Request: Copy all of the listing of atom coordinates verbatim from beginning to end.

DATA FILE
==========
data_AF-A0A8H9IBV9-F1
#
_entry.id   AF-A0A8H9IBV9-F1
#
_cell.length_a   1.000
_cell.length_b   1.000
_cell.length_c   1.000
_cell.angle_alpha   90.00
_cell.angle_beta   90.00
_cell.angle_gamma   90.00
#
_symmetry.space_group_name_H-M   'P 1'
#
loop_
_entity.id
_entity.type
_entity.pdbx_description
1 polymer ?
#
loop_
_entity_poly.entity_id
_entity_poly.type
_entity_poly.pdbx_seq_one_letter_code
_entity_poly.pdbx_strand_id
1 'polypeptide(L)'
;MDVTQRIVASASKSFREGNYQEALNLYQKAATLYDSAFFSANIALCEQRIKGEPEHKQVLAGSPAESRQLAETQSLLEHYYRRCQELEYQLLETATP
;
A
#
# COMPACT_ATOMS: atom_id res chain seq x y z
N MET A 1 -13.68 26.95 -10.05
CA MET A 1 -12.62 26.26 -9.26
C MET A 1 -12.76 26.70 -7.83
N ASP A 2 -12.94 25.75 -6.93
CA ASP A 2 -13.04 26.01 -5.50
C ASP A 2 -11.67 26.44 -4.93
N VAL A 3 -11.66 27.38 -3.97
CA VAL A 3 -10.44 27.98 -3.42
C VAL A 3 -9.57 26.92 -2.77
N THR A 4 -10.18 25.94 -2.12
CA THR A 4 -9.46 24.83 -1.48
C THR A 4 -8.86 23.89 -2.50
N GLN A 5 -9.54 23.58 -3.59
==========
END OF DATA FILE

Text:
data_AF-A0A8H9IBV9-F1
#
_entry.id   AF-A0A8H9IBV9-F1
#
_cell.length_a   1.000
_cell.length_b   1.000
_cell.length_c   1.000
_cell.angle_alpha   90.00
_cell.angle_beta   90.00
_cell.angle_gamma   90.00
#
_symmetry.space_group_name_H-M   'P 1'
#
loop_
_entity.id
_entity.type
_entity.pdbx_description
1 polymer ?
#
loop_
_entity_poly.entity_id
_entity_poly.type
_entity_poly.pdbx_seq_one_letter_code
_entity_poly.pdbx_strand_id
1 'polypeptide(L)'
;MDVTQRIVASASKSFREGNYQEALNLYQKAATLYDSAFFSANIALCEQRIKGEPEHKQVLAGSPAESRQLAETQSLLEHYYRRCQELEYQLLETATP
;
A
#
# COMPACT_ATOMS: atom_id res chain seq x y z
N MET A 1 -13.68 26.95 -10.05
CA MET A 1 -12.62 26.26 -9.26
C MET A 1 -12.76 26.70 -7.83
N ASP A 2 -12.94 25.75 -6.93
CA ASP A 2 -13.04 26.01 -5.50
C ASP A 2 -11.67 26.44 -4.93
N VAL A 3 -11.66 27.38 -3.97
CA VAL A 3 -10.44 27.98 -3.42
C VAL A 3 -9.57 26.92 -2.77
N THR A 4 -10.18 25.94 -2.12
CA THR A 4 -9.46 24.83 -1.48
C THR A 4 -8.86 23.89 -2.50
N GLN A 5 -9.54 23.58 -3.59